In 2002 Tom and his wife sold their toy company and headed out to tour the USA for a year on a motorcycle with a 22 cubic foot trailer. On July 3rd at 9:00 in the morning with three months, 29 states and 19,000 miles into the trip, the motorcycle was tee-boned in an intersection by a motorist in a hurry. Putting 44 years of motorcycling behind him, Tom went for a 4 wheel replacement. Testing the S-2000 Honda and the Mazda Miata, the choice was easy. The Miata was more fun. Not as fast, but more fun nonetheless.
After a couple months touring with the Miata and towing the motorcycle trailer, it was easy to see that the Miata needed more low RPM torque to climb hills. In 2003, Tom found a company selling a "Hotside" MP62 Eaton supercharger kit and did the deed. It seemed to be a bit temperamental with idle issues and other quirks so it was time to pull out the computer and Solidworks and start over. As most superchargers from his youth were intake mounted and force fed the engine, the Coldside appeared to be the solution. Move the blower onto an efficient, high flow intake manifold, away from the high exhaust heat, and most importantly, eliminate the need for an intercooler.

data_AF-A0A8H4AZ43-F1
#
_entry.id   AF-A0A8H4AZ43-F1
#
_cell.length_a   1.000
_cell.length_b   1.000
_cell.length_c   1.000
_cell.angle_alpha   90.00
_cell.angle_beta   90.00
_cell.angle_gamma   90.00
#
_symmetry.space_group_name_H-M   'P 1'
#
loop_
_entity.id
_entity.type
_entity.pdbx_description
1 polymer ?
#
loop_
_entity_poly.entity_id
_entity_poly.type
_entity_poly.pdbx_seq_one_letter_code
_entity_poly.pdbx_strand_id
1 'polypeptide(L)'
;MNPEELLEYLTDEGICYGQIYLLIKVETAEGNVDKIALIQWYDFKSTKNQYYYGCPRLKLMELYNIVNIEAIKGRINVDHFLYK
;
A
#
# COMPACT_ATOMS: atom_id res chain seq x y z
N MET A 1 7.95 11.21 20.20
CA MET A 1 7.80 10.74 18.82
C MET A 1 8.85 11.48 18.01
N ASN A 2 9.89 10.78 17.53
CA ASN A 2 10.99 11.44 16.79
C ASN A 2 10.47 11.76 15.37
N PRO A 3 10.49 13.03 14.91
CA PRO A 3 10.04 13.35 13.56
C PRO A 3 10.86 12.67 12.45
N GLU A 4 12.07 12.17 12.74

In 2004, the pieces and parts were drawn, machined parts went out for CNC and molds were constructed for the cast parts. With sample parts in hand, the hotside 1999 10th Anniversary Miata became a Coldside 1999 10th Anniversary Miata. After time messing with Water/Methanol injection and typically having an empty water bottle when the need for speed arose, he decided to try fuel. After all, there was 12.5 gallons of that on board and, if it ran out, the engine would simply stop rather than break. With a lot of EGT, dyno and track testing, a 10 PSI boost kit hit the streets. Prototype kit hit the streets in late 2004 and the production version in early 2005. The kit produced roughly 200 HP at the wheels and a torque "curve" as flat as a table top, producing only slightly less torque at 2500 RPM than 7000 RPM.
The next step was to work on California Air Resource Board Executive Order testing and approval for emissions. We bought a 2005 Miata for the testing in late 2005 and Christmas of 2006 we had our CARB EO# D-617 in hand at 10 PSI on a stock 2005 engine with around 200 HP.
And now, 2013 brings us to 300+HP and 220+ FT-Pounds of torque "Green" setup that you can drive to work 5 days a week; drive to the track, autocross or drags on the weekend and then drive home.